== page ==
1

tl;dr - How to boot an Ubuntu Server installation from an USB key?

I am trying to boot an Ubuntu Server 18.04 LTS installation on a server that doesn't allow booting from a NVMe drive. Since the drive is visible post boot (after booting to a Live CD for example) my thought was to make it work by chain-loading the OS from a USB disk/key that I keep plugged in at all times.

I have scoured through the web for a guide on how to do this but everything I have found is on a very conceptual level. I am looking for someone to provide links to documentation or step-by-step guidance.

Hardware specifications (if necessary):

Dell Poweredge R230 Startech x4 PCI Express to M.2 PCIe SSD Adapter Card Samsung 970 EVO NVMe (M.2) 250 GB Kingston DataTraveler SE9 16GB

-1

I have a USB drive I use to boot from my laptop, which has intermittent issues with the internal hard drive. Sometimes it will not be detected in the BIOS, but it is always detected once already booted.

If you have systemd-boot installed on your internal drive, follow the first guide. If not, skip down to the second method. Installing systemd-boot on your internal drive is the recommended method

Guide 1: Systemd-boot on Internal Drive

  1. Boot into a live CD on the computer. Insert the USB drive you'll be using to boot from the NVMe drive.

  2. Create a FAT32 partition on the USB drive. Make sure it has the boot and esp flags enabled. The easiest way to do this is with gparted.

  3. Mount the FAT32 partition. For the rest of the steps, I will assume it is mounted at /mnt/usbboot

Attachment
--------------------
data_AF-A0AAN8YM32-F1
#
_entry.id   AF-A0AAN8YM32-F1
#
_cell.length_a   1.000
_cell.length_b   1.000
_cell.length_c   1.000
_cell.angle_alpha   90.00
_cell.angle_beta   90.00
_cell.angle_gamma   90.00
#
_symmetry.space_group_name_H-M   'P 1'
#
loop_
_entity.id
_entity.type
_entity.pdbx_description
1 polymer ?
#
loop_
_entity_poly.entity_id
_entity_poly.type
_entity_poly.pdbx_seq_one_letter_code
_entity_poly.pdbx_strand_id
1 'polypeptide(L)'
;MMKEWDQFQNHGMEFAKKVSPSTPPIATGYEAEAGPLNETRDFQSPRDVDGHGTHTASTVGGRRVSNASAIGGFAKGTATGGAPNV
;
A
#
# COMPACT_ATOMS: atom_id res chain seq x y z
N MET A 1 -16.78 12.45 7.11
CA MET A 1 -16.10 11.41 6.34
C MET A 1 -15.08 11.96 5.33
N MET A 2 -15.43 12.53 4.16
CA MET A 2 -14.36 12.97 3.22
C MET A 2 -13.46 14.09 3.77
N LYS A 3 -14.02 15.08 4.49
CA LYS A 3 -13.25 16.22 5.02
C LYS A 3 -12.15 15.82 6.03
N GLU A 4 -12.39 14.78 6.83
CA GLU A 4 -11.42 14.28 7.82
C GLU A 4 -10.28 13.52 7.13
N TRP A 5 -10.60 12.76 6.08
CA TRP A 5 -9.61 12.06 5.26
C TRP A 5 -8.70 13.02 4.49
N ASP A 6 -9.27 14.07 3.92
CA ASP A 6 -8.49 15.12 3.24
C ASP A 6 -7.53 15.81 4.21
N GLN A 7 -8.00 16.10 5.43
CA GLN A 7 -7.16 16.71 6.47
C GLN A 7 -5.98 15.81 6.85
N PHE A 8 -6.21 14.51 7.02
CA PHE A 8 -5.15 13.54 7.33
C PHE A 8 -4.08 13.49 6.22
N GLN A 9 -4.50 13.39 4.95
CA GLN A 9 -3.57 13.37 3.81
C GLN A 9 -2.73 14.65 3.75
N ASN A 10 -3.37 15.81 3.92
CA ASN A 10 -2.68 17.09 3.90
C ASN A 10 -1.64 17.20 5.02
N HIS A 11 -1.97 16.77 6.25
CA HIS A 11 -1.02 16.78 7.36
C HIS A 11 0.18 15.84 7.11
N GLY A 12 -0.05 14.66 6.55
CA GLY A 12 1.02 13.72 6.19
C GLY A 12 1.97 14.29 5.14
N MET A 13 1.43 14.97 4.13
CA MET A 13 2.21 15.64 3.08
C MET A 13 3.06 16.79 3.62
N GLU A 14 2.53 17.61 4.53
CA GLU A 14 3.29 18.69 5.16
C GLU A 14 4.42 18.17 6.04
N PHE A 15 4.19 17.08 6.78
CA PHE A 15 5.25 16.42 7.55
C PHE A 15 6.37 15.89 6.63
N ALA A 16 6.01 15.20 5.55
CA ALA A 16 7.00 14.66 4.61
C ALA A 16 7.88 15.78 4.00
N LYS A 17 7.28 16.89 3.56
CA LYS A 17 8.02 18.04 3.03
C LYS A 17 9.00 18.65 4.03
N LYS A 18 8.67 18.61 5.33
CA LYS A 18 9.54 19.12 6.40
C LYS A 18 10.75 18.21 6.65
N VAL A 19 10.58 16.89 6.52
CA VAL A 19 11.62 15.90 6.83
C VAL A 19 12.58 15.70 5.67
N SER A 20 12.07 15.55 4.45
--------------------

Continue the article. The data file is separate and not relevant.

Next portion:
4. Add your USB boot partition to the fstab so that it is automatically mounted. The easiest way to do this is to chroot (use arch-chroot, it's easier) into your internal drive and then run sudo genfstab -U / > /etc/fstab.

  5. Create this file on the internal drive: `/etc/systemd/system/boot-sync.service'

    Note: you will need rsync installed for this systemd unit.

  6. Paste the following into the file you just created:

[Unit]

Description="Sync boot files from internal drive to usb drive"

RequiresMountsFor=/mnt/usbboot

[Service]

Type=oneshot

ExecStart=/bin/bash -c "rsync -rlgopuv /boot/*.img /mnt/usbboot/"

ExecStart=/bin/rsync -rlgopuv /boot/vmlinuz-linux /mnt/usbboot/

ExecStart=/bin/rsync -rlgopuv /boot/EFI /mnt/usbboot/

ExecStart=/bin/rsync -rlgopuv /boot/loader /mnt/usbboot/

[Install] WantedBy=multi-user.target

  1. Chroot into your internal drive and run this command: sudo systemctl enable --now boot-sync.service

  2. Reboot and select the USB drive you just created as the default boot device.


Guide 2: Systemd-boot on the USB Drive - Not Recommended

  1. Boot into a live CD on the computer. Insert the USB drive you'll be using to boot from the NVMe drive.

  2. Create a FAT32 partition on the USB drive. Make sure it has the boot and esp flags enabled. The easiest way to do this is with gparted.

  3. Mount the FAT32 partition. For the rest of the steps, I will assume it is mounted at /mnt/usbboot

  4. Chroot into your internal drive and run this command sudo bootctl --path=/mnt/usbboot install

  5. Run this command (also inside the chroot on your internal drive) sudo bootctl update (NOTE: This may not be necessary, but it won't hurt)

  6. Create an entry for your NVMe drive at /mnt/usb/loader/entries/ubuntu_server.conf

It should look something like this:

title Ubuntu Server 18.04
linux /vmlinuz-linux
initrd /initramfs-linux.img
options root=PARTUUID=XXXX rw

Replace XXXX with the PARTUUID for the root partition of your NVMe drive. This can be found by running blkid and looking for your root partition.

  1. Create /mnt/usb/loader/loader.conf